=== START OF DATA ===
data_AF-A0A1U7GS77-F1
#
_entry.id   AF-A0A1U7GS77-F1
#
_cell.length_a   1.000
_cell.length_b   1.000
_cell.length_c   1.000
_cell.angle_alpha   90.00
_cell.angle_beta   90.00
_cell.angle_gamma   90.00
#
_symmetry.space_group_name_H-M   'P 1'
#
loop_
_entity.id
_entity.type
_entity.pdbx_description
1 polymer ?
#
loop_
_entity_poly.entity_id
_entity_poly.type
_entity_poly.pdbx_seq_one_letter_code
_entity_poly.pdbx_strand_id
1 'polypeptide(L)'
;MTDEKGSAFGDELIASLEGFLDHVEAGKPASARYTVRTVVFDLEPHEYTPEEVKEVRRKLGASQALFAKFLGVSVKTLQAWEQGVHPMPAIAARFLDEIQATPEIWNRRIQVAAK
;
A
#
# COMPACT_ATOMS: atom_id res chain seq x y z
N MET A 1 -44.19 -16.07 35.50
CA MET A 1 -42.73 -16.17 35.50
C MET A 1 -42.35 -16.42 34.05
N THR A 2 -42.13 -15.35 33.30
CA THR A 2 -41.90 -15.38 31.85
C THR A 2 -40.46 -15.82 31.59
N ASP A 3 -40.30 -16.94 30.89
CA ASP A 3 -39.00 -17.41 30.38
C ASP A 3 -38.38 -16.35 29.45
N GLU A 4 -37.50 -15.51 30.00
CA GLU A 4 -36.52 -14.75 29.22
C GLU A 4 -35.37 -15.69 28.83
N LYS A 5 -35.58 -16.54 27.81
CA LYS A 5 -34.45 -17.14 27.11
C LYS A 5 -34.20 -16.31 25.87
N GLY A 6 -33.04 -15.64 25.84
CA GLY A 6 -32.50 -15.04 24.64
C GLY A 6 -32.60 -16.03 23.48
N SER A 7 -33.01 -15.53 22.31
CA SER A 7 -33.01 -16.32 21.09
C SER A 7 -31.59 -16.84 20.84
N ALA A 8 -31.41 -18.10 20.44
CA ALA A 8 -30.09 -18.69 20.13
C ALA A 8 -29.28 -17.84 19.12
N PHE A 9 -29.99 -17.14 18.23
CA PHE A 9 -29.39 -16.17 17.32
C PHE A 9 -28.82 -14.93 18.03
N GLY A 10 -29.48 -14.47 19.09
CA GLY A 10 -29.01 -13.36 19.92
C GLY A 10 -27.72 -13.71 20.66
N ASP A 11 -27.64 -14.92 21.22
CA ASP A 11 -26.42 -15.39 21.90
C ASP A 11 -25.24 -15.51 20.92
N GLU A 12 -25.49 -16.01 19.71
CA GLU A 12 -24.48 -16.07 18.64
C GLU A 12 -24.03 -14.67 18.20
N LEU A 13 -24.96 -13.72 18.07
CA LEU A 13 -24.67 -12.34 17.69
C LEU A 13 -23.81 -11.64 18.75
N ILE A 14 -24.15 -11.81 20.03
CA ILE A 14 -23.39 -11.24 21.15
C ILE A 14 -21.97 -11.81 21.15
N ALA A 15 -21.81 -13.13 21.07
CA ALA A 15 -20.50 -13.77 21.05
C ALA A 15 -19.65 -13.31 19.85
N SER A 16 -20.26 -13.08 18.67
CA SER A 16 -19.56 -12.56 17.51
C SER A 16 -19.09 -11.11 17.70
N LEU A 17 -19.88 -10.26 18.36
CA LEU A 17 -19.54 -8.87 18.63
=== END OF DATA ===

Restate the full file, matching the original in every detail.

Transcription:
data_AF-A0A1U7GS77-F1
#
_entry.id   AF-A0A1U7GS77-F1
#
_cell.length_a   1.000
_cell.length_b   1.000
_cell.length_c   1.000
_cell.angle_alpha   90.00
_cell.angle_beta   90.00
_cell.angle_gamma   90.00
#
_symmetry.space_group_name_H-M   'P 1'
#
loop_
_entity.id
_entity.type
_entity.pdbx_description
1 polymer ?
#
loop_
_entity_poly.entity_id
_entity_poly.type
_entity_poly.pdbx_seq_one_letter_code
_entity_poly.pdbx_strand_id
1 'polypeptide(L)'
;MTDEKGSAFGDELIASLEGFLDHVEAGKPASARYTVRTVVFDLEPHEYTPEEVKEVRRKLGASQALFAKFLGVSVKTLQAWEQGVHPMPAIAARFLDEIQATPEIWNRRIQVAAK
;
A
#
# COMPACT_ATOMS: atom_id res chain seq x y z
N MET A 1 -44.19 -16.07 35.50
CA MET A 1 -42.73 -16.17 35.50
C MET A 1 -42.35 -16.42 34.05
N THR A 2 -42.13 -15.35 33.30
CA THR A 2 -41.90 -15.38 31.85
C THR A 2 -40.46 -15.82 31.59
N ASP A 3 -40.30 -16.94 30.89
CA ASP A 3 -39.00 -17.41 30.38
C ASP A 3 -38.38 -16.35 29.45
N GLU A 4 -37.50 -15.51 30.00
CA GLU A 4 -36.52 -14.75 29.22
C GLU A 4 -35.37 -15.69 28.83
N LYS A 5 -35.58 -16.54 27.81
CA LYS A 5 -34.45 -17.14 27.11
C LYS A 5 -34.20 -16.31 25.87
N GLY A 6 -33.04 -15.64 25.84
CA GLY A 6 -32.50 -15.04 24.64
C GLY A 6 -32.60 -16.03 23.48
N SER A 7 -33.01 -15.53 22.31
CA SER A 7 -33.01 -16.32 21.09
C SER A 7 -31.59 -16.84 20.84
N ALA A 8 -31.41 -18.10 20.44
CA ALA A 8 -30.09 -18.69 20.13
C ALA A 8 -29.28 -17.84 19.12
N PHE A 9 -29.99 -17.14 18.23
CA PHE A 9 -29.39 -16.17 17.32
C PHE A 9 -28.82 -14.93 18.03
N GLY A 10 -29.48 -14.47 19.09
CA GLY A 10 -29.01 -13.36 19.92
C GLY A 10 -27.72 -13.71 20.66
N ASP A 11 -27.64 -14.92 21.22
CA ASP A 11 -26.42 -15.39 21.90
C ASP A 11 -25.24 -15.51 20.92
N GLU A 12 -25.49 -16.01 19.71
CA GLU A 12 -24.48 -16.07 18.64
C GLU A 12 -24.03 -14.67 18.20
N LEU A 13 -24.96 -13.72 18.07
CA LEU A 13 -24.67 -12.34 17.69
C LEU A 13 -23.81 -11.64 18.75
N ILE A 14 -24.15 -11.81 20.03
CA ILE A 14 -23.39 -11.24 21.15
C ILE A 14 -21.97 -11.81 21.15
N ALA A 15 -21.81 -13.13 21.07
CA ALA A 15 -20.50 -13.77 21.05
C ALA A 15 -19.65 -13.31 19.85
N SER A 16 -20.26 -13.08 18.67
CA SER A 16 -19.56 -12.56 17.51
C SER A 16 -19.09 -11.11 17.70
N LEU A 17 -19.88 -10.26 18.36
CA LEU A 17 -19.54 -8.87 18.63